Just my opinions.

    • Karen says

      Hi Joe,

      I actually agree with you about Stata. If I were to start over, that’s what I would use, especially, as you’ve said, if you’re buying your own license.

      And Stata has the *best* manuals, IMHO.


  12. jeremy says

    Depends on which social scientists you are talking about. I doubt you will find many economists, for example, who do most (if any) of their analyses in SPSS. If you absolutely must have a gui JMP is clearly the superior platform, since its scripting language can interface with R, and you can do whatever you please. Try searching for quantile regression in the SPSS documentation, it says the math is too hard, and SPSS cannot compute.

    • Karen says

      Hi Jeremy,

      Agreed, most economists I’ve talked to use either Stata or Eviews.

      SPSS also interfaces with R.

      Sure, there are examples of specific analyses that can’t be done in any software. That’s one reason why it’s good to be able to use at least two.


  13. Christos says

    I am SPSS and R lover…in my university they use JMP software…how should I convince them that SPSS is better than JMP…or First of all can I convince them???



    • Karen says

      Well, I’m sure they’ll cite budget issues. But there are some statistical options in SPSS that are not available in JMP. I don’t know of any where the reverse is true, although that may just be my lack of knowledge of JMP. For example, to the best of my knowledge, JMP doesn’t have a Linear Mixed Model procedure.


      • Dave says

        When you add random effects to a linear model in JMP the default is REML. In fact the manual goes so far as to say REML for repeated measures data is the modern default, and JMP provides EMS solutions for univariate RM ANOVA only for historical reasons. JMP doesn’t do multilevel models (more than 1 level of random effects), and I don’t believe it does generalized linear mixed effects models (count or binary outcomes). I usually use Stata and R, but I keep an eye on JMP because it is a fun program sometimes. I have used it for repeated measures data by mixed model when a colleague wanted help doing it himself, where the posthoc tests where flexible and accessible, compared to his version of Stata or in R.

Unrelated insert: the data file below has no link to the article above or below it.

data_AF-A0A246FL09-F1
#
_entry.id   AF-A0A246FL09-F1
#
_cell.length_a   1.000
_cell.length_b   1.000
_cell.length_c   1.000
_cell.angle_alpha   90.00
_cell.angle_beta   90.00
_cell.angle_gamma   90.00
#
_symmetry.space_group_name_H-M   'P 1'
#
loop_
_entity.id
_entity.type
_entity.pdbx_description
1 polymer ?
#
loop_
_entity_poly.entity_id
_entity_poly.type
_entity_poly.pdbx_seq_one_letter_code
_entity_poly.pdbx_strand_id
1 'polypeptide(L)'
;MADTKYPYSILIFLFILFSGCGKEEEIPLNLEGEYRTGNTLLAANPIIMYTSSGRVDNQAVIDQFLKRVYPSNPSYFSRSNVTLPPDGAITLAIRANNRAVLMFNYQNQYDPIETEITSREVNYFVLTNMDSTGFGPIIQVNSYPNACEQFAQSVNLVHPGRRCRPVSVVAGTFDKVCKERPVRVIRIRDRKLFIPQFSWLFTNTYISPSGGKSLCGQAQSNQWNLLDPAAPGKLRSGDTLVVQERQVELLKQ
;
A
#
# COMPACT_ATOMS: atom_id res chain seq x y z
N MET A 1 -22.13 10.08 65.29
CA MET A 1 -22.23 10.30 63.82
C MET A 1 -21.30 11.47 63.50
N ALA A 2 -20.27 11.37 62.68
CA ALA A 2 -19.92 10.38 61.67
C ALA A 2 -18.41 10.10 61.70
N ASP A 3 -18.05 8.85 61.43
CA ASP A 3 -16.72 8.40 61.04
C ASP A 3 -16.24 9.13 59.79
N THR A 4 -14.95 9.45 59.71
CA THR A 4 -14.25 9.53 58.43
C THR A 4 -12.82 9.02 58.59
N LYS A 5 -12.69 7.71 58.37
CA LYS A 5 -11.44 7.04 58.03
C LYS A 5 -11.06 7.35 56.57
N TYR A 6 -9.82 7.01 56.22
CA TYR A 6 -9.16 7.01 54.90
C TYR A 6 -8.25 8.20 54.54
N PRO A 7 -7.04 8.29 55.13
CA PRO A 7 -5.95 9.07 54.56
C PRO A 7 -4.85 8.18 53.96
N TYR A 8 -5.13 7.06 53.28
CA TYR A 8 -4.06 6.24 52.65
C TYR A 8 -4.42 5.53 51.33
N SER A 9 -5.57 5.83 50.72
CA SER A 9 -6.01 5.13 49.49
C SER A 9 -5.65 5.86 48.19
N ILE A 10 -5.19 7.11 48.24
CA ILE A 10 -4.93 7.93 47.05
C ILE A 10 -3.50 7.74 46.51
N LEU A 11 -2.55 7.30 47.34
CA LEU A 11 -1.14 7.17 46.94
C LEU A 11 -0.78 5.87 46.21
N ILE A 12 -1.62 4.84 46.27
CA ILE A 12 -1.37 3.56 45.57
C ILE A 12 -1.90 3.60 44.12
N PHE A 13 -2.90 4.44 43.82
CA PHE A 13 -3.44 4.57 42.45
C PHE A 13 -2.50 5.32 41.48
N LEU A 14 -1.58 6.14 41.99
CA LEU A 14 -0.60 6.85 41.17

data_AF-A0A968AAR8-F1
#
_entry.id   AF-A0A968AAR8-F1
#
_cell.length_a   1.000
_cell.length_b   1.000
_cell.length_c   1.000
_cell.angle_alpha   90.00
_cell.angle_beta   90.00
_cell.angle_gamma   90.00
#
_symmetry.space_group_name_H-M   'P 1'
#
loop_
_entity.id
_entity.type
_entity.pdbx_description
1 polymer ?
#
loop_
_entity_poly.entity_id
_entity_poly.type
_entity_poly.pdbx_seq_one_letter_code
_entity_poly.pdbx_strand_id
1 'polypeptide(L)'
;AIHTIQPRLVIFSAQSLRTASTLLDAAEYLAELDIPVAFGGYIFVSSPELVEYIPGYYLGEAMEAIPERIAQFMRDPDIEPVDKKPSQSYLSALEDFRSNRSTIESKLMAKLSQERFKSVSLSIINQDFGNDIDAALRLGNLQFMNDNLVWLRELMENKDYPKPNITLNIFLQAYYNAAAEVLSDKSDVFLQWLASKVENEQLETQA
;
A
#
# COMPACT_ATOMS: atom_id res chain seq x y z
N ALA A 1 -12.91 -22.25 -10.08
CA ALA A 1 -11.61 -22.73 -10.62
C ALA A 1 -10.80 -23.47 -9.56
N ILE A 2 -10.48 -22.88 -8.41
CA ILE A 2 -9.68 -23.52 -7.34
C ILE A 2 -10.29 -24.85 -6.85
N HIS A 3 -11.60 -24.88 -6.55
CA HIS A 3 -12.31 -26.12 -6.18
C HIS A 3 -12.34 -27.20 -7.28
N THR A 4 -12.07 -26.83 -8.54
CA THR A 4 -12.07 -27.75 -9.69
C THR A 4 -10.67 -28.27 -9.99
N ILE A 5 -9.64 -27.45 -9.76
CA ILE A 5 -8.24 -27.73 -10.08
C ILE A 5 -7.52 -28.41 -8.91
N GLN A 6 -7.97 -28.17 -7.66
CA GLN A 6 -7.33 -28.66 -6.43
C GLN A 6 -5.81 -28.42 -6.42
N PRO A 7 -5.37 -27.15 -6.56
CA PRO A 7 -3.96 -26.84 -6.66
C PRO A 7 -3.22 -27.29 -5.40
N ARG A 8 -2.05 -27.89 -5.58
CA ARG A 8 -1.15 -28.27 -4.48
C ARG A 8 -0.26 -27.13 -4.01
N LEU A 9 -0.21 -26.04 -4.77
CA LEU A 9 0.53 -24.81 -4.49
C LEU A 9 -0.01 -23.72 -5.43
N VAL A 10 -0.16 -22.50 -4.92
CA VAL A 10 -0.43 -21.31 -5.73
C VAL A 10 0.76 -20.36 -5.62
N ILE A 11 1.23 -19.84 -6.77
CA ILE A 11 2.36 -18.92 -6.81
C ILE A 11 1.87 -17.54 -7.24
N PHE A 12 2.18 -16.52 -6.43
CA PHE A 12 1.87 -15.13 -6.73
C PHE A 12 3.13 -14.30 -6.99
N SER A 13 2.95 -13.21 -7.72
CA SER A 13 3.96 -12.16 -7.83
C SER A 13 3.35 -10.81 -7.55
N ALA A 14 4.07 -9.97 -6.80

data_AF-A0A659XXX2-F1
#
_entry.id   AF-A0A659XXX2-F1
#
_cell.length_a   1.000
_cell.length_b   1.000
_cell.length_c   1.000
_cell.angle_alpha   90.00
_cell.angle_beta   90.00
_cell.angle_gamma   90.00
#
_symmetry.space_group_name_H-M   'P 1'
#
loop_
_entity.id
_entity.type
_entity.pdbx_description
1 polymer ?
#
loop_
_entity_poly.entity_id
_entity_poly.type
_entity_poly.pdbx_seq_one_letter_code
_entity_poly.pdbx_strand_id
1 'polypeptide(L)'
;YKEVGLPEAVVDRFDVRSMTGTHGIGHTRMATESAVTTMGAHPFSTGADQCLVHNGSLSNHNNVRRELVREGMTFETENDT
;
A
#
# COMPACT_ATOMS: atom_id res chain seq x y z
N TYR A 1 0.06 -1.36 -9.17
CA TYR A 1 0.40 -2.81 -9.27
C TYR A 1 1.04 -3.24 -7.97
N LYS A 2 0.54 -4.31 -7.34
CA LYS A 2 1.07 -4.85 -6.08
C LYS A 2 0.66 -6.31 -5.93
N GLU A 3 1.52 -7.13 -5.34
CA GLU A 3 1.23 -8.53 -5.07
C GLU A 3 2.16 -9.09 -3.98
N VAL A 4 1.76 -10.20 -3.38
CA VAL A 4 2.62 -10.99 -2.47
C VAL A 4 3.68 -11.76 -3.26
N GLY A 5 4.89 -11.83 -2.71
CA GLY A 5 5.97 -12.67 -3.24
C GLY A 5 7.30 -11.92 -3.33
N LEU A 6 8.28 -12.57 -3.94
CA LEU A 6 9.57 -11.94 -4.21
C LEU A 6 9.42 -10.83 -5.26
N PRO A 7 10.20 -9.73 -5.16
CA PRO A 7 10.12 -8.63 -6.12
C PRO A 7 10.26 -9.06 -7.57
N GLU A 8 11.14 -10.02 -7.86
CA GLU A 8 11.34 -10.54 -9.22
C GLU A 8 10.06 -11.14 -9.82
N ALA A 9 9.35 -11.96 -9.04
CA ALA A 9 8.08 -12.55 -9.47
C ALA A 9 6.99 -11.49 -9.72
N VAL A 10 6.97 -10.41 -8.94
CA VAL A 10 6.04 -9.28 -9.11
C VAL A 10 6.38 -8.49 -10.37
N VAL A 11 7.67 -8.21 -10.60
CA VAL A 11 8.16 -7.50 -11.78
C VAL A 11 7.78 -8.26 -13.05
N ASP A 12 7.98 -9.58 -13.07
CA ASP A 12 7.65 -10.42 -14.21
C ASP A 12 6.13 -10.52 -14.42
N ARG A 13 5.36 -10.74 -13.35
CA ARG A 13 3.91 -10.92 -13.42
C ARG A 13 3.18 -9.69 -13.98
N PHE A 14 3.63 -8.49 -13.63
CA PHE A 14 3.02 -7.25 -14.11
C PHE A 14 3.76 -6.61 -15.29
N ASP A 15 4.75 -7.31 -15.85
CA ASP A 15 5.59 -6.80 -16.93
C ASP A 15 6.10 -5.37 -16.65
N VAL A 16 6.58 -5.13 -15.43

• Karen says

          Thanks, Dave. That’s great to know. The last time I used JMP (which was a few years ago), REML wasn’t an option.

          Yes, I agree. JMP is very straightforward and for 95% of analyses that most researchers use, entirely sufficient.


  14. Dennis says

    Good advice, all around. But… if you choose SPSS as your primary package, SAS has little to offer you, and vice versa. The overlap is just too great to make either a good complement to the other.

    A factor to consider in choosing between the Big Two is your preferred user interface. If you don’t want to program (much) and you adore point-and-shoot interfaces, go with SPSS. If you don’t mind programming explicitly, and despise point-and-shoot interfaces SAS will make you happier.

    Another factor in choosing among the Big Two is your use of structural equation models (SEMs). If you don’t use them it’s a non-issue. If you use them extensively, you should choose between EQS-like syntax (in SAS PROC CALIS) and SPSS’s AMOS. SEMs are confusing enough without worrying about converting from your preferred expression of the models into the expression your software wants.

    Much better choices as a complement to one of the Big Two are Stata and some dialect of S (R, S, S-plus). Stata users say it has some very slick programming facilities. (I’m not among them, so I can’t say from experience.) The S dialects are killers for simulation studies. I benchmarked R against SAS/IML (in version 9.1) and found R was an order of magnitude faster. R is built entirely around an object-oriented programming interface. Language extensions are a snap. In my opinion bootstrap estimation is easier in R than in other languages. High resolution graphics are native to R, and (despite a lot of improvement from versions 6 to 7 to 9.1 and 9.2) not native to SAS.

    • Ryan says

      I think SAS becomes an asset over SPSS when the focus is on data preparation: Merging multiple tables, accessing SQL databases, using API functions, creating canned reports, etc..

  15. peng says

    hi friends,
    I am new to R.I would like to know R-PLUS.Does any know where can I get the free training for R-PLUS.